Mutated SARS-CoV-2 variant cause of increasing numbers of infections?
A new variant of the SARS-CoV-2 coronavirus was discovered in Great Britain, which is spreading more and more and could also be responsible for the renewed increase in the number of infections in individual regions. How dangerous is this mutated form of the virus?
British Health Secretary Matt Hancock has announced that a new variant of the coronavirus has been identified that may be responsible for the rising infections in the south-east of the country. In a recent article in the “British Medical Journal” (BMJ) it will be discussed what is known so far about this new SARS-CoV-2 variant.
The newly discovered variant is called “VUI-202012/01” (first “Variant Under Investigation” in December 2020) and is defined by a series of 17 changes or mutations, explains the “BMJ”. One of the most important is the “N501Y mutation in the spike protein, which the virus uses to bind to the human ACE2 receptor.” This could theoretically lead to the virus becoming more infectious and spreading more easily.
How was the variant discovered?
According to the “BMJ”, the new SARS-CoV-2 variant was discovered by the COVID-19 Genomics UK (COG-UK) consortium, which carries out random genetic sequencing of positive COVID-19 samples across the UK. “Since it was founded in April 2020, the consortium has sequenced 140,000 virus genomes from infected people,” reports the “BMJ”.
The data obtained can be used to track outbreaks and identify new virus variants. In a weekly report The consortium also informs about the findings to date.
How common is the new virus variant?
As of December 13, the new SARS-CoV-2 variant in the UK had been identified 1,108 times in almost 60 different local authorities. However, the number of actual infections is probably much higher, according to the “BMJ”. Most cases have so far occurred in the south-east of England, but cases have also been documented in regions further away (including Wales and Scotland).
The new virus variant was first discovered at the end of September and meanwhile it already accounts for 20 percent of the viruses sequenced in Norfolk, ten percent in Essex and three percent in Suffolk, reports the “BMJ”, citing the statements of Professor Nick Loman from the University of Birmingham at a Science Media Center briefing on December 15th.
Regarding the origin of the new SARS-CoV-2 variant, Prof. Loman emphasized: “There is no data to suggest that it was imported from abroad, so it is likely that it developed in Great Britain.”
Is this variant spreading faster?
According to the British Health Minister Matt Hancock, initial analyzes also indicate that the new variant could be linked to the recent increase in cases in south-east England. However, it is not yet possible to say whether it is actually the cause of the increase.
“This variant is strongly related to where we are seeing rising rates of COVID-19. It is a correlation, but we cannot say that it is a causality, ”emphasizes Prof. Loman. Overall, there is a noticeable increase in this variant, “which is why we are concerned and urgently need to follow up and investigate it.”
Was the mutation to be expected?
Mutations occur naturally when the virus replicates and numerous mutations in the coronavirus are already known. But only a very small minority changes the virus in any significant way.
“Mutations are expected and are a natural part of evolution. Many thousands of mutations have already arisen, and the vast majority have no influence on the virus, but can be useful as a kind of barcode to monitor outbreaks, “the BMJ quoted the COG-UK director Sharon Peacock as saying.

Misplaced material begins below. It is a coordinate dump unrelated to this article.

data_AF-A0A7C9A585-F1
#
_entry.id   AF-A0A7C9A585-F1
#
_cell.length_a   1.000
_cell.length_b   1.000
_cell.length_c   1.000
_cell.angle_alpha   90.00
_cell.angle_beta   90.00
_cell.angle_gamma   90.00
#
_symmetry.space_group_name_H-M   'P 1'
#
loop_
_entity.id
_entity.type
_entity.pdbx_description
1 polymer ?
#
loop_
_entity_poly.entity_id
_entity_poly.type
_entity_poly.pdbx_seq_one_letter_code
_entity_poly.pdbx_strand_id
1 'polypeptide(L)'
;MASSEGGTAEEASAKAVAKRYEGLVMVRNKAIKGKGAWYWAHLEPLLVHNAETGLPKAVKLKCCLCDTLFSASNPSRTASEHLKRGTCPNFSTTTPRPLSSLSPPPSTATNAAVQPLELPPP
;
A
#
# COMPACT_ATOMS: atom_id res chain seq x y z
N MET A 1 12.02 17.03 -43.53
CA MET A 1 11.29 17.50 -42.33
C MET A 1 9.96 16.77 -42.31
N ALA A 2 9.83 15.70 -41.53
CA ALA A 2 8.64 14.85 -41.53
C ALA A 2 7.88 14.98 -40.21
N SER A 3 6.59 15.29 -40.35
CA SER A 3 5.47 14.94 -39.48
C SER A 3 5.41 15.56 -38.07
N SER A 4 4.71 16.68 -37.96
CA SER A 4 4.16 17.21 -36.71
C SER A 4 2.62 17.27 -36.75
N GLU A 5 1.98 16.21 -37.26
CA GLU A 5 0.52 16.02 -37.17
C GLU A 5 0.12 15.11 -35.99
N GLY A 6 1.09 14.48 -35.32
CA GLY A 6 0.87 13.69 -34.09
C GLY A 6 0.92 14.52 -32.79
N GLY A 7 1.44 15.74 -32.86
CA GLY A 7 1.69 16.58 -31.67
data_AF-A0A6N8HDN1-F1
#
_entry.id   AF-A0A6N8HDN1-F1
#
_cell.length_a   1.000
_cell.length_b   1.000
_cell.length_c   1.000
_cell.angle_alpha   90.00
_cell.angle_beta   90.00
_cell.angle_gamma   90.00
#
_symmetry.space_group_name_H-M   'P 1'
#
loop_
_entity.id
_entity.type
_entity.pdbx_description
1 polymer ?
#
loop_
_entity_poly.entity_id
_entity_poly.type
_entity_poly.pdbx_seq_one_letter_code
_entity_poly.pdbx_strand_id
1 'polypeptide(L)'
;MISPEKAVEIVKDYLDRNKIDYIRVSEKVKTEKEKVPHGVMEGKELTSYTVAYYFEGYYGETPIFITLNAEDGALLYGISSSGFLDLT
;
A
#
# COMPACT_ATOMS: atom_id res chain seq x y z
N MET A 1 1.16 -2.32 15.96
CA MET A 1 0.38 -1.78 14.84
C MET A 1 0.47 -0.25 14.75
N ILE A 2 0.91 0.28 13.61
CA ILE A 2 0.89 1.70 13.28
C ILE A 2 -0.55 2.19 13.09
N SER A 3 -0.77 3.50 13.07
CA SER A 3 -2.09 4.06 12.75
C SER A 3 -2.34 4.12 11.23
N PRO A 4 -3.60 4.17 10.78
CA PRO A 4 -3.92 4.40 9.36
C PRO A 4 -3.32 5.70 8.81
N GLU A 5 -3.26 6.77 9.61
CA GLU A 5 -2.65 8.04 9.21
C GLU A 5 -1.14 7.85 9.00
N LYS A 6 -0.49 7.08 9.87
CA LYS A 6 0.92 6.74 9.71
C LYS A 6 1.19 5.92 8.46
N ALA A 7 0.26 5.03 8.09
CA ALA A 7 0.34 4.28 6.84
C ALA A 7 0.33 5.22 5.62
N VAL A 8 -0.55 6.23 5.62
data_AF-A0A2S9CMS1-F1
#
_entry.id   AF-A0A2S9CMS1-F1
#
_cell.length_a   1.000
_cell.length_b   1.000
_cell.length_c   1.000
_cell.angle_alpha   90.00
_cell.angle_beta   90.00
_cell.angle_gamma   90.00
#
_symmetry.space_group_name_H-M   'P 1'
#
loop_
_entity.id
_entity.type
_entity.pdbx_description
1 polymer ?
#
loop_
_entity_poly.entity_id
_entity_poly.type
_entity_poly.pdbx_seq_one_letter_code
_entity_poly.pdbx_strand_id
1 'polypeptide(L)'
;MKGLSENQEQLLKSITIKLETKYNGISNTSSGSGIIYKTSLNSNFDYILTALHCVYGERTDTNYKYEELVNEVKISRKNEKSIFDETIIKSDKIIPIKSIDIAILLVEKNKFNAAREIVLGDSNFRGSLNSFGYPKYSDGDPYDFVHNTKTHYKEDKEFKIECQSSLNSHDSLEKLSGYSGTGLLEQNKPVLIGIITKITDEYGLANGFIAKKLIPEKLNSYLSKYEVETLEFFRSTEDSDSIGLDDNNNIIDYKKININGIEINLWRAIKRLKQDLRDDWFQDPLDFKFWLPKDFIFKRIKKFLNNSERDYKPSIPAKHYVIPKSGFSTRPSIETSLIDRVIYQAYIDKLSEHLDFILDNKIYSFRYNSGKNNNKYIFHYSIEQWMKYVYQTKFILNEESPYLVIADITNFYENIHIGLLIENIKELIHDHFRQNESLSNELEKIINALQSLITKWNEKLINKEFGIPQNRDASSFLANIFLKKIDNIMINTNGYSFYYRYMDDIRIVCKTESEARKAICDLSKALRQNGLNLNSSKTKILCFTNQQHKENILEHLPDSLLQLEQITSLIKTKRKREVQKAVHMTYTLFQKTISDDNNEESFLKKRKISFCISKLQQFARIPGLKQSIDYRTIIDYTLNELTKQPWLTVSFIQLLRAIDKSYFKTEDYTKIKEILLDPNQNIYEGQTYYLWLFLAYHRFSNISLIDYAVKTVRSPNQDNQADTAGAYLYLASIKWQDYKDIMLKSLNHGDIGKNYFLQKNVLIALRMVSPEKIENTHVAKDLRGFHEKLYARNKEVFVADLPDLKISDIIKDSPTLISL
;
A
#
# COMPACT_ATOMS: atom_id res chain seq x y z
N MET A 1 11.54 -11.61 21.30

How dangerous is the new coronavirus variant?
So far, it remains unclear whether the new virus variant leads to an increased risk of severe COVID-19 courses. In principle, mutations that make viruses more infectious do not necessarily make the viruses more dangerous, explains the “BMJ”. For example, the well-known variant D614G is believed to be more transmissible and therefore now circulating as the most common type in the UK, although it does not appear to result in a more severe disease.
It is currently being investigated whether the new variant favors severe COVID-19 courses, but so far there has been no evidence that this strain leads to more severe diseases, the BMJ sums up.
Does the vaccine also work against the mutated virus?
Although the new virus variant has mutations in the spike protein that the three leading vaccines target, vaccines produce antibodies against many regions in the spike protein, so it is unlikely that a single change would make the vaccine less effective, explains the “BMJ”:
“With this variant, there is no evidence that it eludes vaccination or a human immune response. But if there is a case of vaccination failure or reinfection then that case should be treated as a high priority for genetic sequencing, ”says COG UK Director Sharon Peacock.
However, as mutations will increase over time, the vaccine may need to be adjusted in due course. This also happens with the vaccines against influenza, since the influenza viruses mutate every year. However, the SARS-CoV-2 virus does not mutate as quickly as the flu virus, and the vaccines that have so far proven to be effective in studies are types that can be easily adapted if necessary. (fp)
Author and source information
This text corresponds to the requirements of the medical literature, medical guidelines and current studies and has been checked by medical professionals.
Dipl. Geogr. Fabian Peters
- British Medical Journal (BMJ): Covid-19: New coronavirus variant is identified in UK (veröffentlich 16.12.2020), bmj.com
This article is for general guidance only and is not intended to be used for self-diagnosis or self-treatment. He can not substitute a visit at the doctor.